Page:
When an area starts being visited by tourists, there are bound to be some social and cultural impacts of those tourists on the host community. Look at the above picture .You know what does it depict? It shows the crowds that swarmed the Ostional Wildlife Refuge, in northwestern Guanacaste, and disrupted the nesting ritual for a number of olive ridley sea turtles, which are listed as a vulnerable or threatened species.
As they gathered in the hundreds, the visitors stood in the turtles’ way as they swam ashore and even placed children on top of them to snap keepsake photos, causing many of the creatures to return to the sea without laying their eggs.
IS THIS AN ACT OF RESPONSIBLE TOURISM??
With travelling becoming a contagious epidemic,responsible Tourism is gaining ground as a newly emerging and growing global trend worldwide. It offers opportunities to develop products that can contribute to national socio-economic objectives by providing livelihoods for local economies and contributing value to the maintenance of local heritage, culture and traditions. Responsible Tourism also generates revenues for environmental conservation and management.
Remember – The responsibility is two sided.
Responsible tourism is a tourism management strategy in which the tourism sector and tourists take responsibility to protect and conserve the natural environment, respect and conserve local cultures and ways of life, and contribute to stronger local economies and a better quality of life for local people. (Responsible Tourism Requirements – SANS 1162:2011)
1) The first rule : Do not disturb the wildlife, It’s there home you are entering.
There is no doubt that the mere presence of humans can disturb wildlife and have negative consequences for conservation. A good example would be walking through a seabird colony, causing many of the adults to leave the nest and cease incubation or temporarily abandon their chicks, which could increase their chances of being taken by predators.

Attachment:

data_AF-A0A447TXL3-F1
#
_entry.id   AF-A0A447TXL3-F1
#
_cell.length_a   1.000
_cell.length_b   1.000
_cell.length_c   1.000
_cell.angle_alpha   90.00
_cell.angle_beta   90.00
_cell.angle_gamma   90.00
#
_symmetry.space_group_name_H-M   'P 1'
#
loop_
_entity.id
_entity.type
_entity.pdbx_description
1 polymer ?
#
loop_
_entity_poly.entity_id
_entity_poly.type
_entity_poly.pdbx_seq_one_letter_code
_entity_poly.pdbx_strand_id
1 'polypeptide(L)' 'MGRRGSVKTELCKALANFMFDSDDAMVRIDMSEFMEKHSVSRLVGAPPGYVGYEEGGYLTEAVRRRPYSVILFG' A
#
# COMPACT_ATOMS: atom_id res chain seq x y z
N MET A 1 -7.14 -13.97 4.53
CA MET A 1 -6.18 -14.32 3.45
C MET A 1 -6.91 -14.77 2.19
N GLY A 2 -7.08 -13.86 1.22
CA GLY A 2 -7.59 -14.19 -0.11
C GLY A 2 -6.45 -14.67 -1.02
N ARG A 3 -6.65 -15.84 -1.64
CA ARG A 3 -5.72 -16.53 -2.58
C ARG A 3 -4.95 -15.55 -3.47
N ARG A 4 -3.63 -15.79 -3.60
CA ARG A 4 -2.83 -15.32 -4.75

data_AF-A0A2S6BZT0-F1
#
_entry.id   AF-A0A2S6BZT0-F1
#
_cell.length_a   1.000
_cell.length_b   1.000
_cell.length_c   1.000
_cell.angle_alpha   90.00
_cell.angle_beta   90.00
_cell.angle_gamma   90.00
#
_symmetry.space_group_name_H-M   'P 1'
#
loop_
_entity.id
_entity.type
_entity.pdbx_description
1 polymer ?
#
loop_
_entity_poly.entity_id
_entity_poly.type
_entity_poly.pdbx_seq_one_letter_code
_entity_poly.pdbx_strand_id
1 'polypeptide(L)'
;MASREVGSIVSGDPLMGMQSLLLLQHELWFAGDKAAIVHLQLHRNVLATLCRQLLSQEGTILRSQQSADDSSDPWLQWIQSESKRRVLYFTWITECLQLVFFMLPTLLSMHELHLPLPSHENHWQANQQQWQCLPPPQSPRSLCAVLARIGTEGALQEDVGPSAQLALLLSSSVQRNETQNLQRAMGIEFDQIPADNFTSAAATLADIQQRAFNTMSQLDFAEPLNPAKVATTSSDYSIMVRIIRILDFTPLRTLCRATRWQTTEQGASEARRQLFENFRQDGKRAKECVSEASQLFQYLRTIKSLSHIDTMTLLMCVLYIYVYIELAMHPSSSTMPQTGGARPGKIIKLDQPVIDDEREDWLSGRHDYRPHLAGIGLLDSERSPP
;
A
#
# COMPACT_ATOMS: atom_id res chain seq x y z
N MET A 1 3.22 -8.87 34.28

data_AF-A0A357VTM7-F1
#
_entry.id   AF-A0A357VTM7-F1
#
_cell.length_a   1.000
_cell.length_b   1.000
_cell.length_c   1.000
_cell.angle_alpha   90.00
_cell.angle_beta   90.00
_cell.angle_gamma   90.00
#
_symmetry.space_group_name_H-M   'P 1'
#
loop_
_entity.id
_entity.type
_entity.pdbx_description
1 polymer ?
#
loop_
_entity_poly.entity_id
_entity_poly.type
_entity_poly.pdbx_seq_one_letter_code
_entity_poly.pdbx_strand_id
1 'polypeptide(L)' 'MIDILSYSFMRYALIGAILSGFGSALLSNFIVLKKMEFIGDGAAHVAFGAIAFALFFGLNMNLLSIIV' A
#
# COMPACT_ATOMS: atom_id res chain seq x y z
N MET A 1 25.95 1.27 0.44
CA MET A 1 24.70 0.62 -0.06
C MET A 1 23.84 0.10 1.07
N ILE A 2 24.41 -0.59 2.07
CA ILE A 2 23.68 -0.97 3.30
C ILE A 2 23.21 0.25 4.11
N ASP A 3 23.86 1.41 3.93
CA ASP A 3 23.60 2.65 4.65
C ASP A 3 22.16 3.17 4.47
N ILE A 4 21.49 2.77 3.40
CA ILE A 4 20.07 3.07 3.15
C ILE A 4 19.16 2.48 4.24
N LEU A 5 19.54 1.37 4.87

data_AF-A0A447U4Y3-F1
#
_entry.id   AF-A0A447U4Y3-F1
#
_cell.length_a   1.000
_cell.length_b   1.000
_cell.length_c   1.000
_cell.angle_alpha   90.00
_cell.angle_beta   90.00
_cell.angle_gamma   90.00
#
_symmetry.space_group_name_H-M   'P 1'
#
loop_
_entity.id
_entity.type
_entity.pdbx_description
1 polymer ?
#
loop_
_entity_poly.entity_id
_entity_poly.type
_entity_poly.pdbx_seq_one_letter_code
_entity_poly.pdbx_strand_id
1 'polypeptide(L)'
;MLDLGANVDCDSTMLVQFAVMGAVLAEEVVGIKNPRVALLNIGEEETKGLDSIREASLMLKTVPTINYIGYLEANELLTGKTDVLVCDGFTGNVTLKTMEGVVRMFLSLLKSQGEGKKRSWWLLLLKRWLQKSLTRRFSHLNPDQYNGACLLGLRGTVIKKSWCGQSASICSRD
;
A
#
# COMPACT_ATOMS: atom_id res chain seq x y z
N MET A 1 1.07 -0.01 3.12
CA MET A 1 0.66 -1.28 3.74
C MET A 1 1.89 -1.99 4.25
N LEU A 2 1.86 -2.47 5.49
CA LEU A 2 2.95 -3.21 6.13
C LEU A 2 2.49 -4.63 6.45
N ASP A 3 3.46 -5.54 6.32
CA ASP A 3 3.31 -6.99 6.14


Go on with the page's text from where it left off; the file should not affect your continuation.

No tourism is perfect from an ecological point of view. However, responsible wildlife tour operators and tourists should do their best to follow all of the rules regarding wildlife protection and to choose in-country partners (who provide transportation, accommodation, and other amenities) that operate as sustainably as possible and do not have major deleterious consequences to wildlife or their habitats.Do not smoke-It may catch forest fire, Do not shout,It may disturb nesting animals and Yes don’t take selfie unless it is:
2) The world is NOT your dustbin
We as a responsible tourists should start with a fundamental rule- Put the waste in the bin, have the patience to find one and trash your empty bottles, lays packets in the bin.
Photo courtesy: IndiaMutinies.com
3) The craving to be ethched in pages of history
Oops……some people get it wrong, totally wrong. Its not scribbled in historical sites. Do something worthwile to have a name and meanwhile don’t spoil the beautiful architecture.
Shown below is a love story scribbled on charminar.
Photo courtesy: GossipMonk
4) Go Local and promote the indigenous economy
Responsible tourism is also about enabling local communities to enjoy a better quality of life, through increased socio-economic benefits and an improved environment. It is also about providing better holiday experiences for guests and good business opportunities for tourism enterprises.
Photo courtesy: indiatvnews.com
It offers opportunities to develop products that can contribute to national socio-economic objectives by providing livelihoods for local economies and contributing value to the maintenance of local heritage, culture and traditions. Responsible Tourism also generates revenues for environmental conservation and management.
So next time, stay at a local’s home stay, believe me its a moment worth cherishing and makes you a responsible one too.
5) Go Green
Ecotourism is what is the need of the hour, Contribute your part in reducing the carbon footprints of an area.
Dump your vehicles and take a cycle to stroll around.Its not only good for your waistline but gives you peace and time to enjoy the surroundings.
Don’t honk, Have mercy on the natural fauna around.
Don’t damage trees or natural plants.
6) Athithi devo bhav
An initiative of the Ministry of Tourism to harness the potential of the tourism industry in India. It aims to create awareness about the effects of tourism and sensitise people about our country’s rich heritage and culture, cleanliness and warm hospitality. It intends to instill a sense of responsibility towards tourists among the stakeholders of the tourism industry.
The main components of the campaign are training and orientation of taxi drivers, guides, immigration officers, tourist police and other personnel directly interacting with the tourists, while simultaneously creating brand equity for the trained persons. This concept was designed to complement the “Incredible India” campaign.
Change the way you travel……….Be a responsible tourist.